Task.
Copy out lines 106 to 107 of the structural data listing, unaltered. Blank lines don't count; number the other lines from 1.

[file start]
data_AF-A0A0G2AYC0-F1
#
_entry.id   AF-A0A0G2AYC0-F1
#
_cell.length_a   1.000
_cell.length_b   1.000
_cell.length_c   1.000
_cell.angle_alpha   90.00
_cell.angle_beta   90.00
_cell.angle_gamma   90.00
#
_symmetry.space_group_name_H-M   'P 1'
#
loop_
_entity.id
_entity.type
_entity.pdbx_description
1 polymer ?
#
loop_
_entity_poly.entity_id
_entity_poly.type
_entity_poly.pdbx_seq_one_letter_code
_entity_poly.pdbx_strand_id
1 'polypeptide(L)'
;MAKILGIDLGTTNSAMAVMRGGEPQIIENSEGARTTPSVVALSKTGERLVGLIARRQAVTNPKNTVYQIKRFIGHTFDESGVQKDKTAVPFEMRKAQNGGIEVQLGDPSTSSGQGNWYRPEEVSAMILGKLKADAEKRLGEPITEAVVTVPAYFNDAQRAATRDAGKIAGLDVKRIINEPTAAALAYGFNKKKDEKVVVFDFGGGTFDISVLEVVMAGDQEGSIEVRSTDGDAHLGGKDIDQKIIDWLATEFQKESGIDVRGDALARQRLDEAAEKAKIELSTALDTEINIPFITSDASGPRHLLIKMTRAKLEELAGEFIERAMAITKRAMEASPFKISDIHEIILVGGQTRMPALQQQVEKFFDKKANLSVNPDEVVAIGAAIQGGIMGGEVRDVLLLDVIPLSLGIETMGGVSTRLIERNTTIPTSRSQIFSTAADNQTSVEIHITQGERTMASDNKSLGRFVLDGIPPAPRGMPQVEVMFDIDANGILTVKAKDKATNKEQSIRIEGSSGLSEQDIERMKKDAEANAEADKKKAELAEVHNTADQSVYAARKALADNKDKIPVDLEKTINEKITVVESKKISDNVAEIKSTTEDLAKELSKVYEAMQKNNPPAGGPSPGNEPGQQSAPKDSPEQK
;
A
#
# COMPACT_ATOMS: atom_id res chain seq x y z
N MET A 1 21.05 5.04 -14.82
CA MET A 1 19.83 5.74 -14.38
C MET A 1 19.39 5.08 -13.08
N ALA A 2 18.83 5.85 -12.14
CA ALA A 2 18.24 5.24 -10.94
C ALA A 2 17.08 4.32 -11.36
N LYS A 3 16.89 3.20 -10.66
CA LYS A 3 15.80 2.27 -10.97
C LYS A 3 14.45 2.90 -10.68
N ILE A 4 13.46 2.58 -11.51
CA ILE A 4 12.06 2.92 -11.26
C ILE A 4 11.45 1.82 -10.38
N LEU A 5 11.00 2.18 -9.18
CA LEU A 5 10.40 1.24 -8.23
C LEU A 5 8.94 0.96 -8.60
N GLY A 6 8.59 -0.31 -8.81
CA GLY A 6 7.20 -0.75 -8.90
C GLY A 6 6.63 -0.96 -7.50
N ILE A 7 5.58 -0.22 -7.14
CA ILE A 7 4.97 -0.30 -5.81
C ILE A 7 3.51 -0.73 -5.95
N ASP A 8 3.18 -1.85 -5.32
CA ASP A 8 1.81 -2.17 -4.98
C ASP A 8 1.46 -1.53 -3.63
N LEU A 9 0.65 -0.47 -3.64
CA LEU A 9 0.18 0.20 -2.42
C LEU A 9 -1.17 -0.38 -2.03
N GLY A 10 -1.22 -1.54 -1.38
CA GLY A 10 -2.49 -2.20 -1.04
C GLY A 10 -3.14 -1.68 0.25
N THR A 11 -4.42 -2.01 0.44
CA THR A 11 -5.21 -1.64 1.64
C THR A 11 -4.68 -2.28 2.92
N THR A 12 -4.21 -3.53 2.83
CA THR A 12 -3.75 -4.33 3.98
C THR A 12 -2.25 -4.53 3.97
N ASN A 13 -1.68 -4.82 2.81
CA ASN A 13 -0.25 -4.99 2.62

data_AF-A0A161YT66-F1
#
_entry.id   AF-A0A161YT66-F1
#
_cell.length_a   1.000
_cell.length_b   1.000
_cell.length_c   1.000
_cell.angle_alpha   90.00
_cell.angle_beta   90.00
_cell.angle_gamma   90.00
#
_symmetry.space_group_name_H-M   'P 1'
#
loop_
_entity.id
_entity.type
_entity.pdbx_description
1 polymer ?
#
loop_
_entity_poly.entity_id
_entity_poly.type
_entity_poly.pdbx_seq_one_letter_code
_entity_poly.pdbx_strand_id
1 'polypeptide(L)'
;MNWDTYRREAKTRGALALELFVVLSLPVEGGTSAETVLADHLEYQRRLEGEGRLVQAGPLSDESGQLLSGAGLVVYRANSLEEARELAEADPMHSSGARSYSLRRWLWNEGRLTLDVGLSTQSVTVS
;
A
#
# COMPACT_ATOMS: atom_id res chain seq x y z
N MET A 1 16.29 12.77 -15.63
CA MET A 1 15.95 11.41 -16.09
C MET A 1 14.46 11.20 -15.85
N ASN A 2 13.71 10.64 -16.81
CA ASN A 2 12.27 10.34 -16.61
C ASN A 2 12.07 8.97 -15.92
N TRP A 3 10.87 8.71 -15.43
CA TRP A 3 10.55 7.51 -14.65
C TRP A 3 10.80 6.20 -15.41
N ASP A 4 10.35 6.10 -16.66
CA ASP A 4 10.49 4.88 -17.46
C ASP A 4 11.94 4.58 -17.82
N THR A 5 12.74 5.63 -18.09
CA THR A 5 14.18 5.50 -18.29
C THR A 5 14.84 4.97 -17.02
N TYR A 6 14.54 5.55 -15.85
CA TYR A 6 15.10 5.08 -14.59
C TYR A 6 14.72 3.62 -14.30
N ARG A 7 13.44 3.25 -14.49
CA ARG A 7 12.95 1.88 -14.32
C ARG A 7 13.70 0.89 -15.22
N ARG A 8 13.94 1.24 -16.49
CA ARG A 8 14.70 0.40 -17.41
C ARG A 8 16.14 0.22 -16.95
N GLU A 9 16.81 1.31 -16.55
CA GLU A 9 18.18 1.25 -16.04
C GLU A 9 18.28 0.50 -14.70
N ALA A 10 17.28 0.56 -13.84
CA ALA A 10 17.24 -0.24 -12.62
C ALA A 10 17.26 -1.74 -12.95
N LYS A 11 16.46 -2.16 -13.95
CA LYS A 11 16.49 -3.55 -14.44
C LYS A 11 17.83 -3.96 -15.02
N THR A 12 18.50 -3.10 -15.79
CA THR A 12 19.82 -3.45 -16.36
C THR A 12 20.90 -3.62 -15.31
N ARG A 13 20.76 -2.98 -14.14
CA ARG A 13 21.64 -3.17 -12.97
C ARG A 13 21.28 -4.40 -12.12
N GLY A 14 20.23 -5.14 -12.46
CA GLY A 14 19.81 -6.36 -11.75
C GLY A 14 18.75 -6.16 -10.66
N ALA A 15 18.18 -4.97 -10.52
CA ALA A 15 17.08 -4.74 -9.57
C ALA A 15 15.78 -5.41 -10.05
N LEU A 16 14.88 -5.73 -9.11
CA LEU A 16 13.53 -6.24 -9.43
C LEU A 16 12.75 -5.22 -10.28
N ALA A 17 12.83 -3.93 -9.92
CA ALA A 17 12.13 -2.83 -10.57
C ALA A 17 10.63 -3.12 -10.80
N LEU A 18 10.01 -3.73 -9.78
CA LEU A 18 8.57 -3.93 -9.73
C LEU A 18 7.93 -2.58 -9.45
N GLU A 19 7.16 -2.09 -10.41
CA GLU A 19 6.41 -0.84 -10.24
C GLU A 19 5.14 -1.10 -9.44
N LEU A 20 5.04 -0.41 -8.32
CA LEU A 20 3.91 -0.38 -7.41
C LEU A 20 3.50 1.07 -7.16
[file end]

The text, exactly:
CA TRP A 3 10.55 7.51 -14.65
C TRP A 3 10.80 6.20 -15.41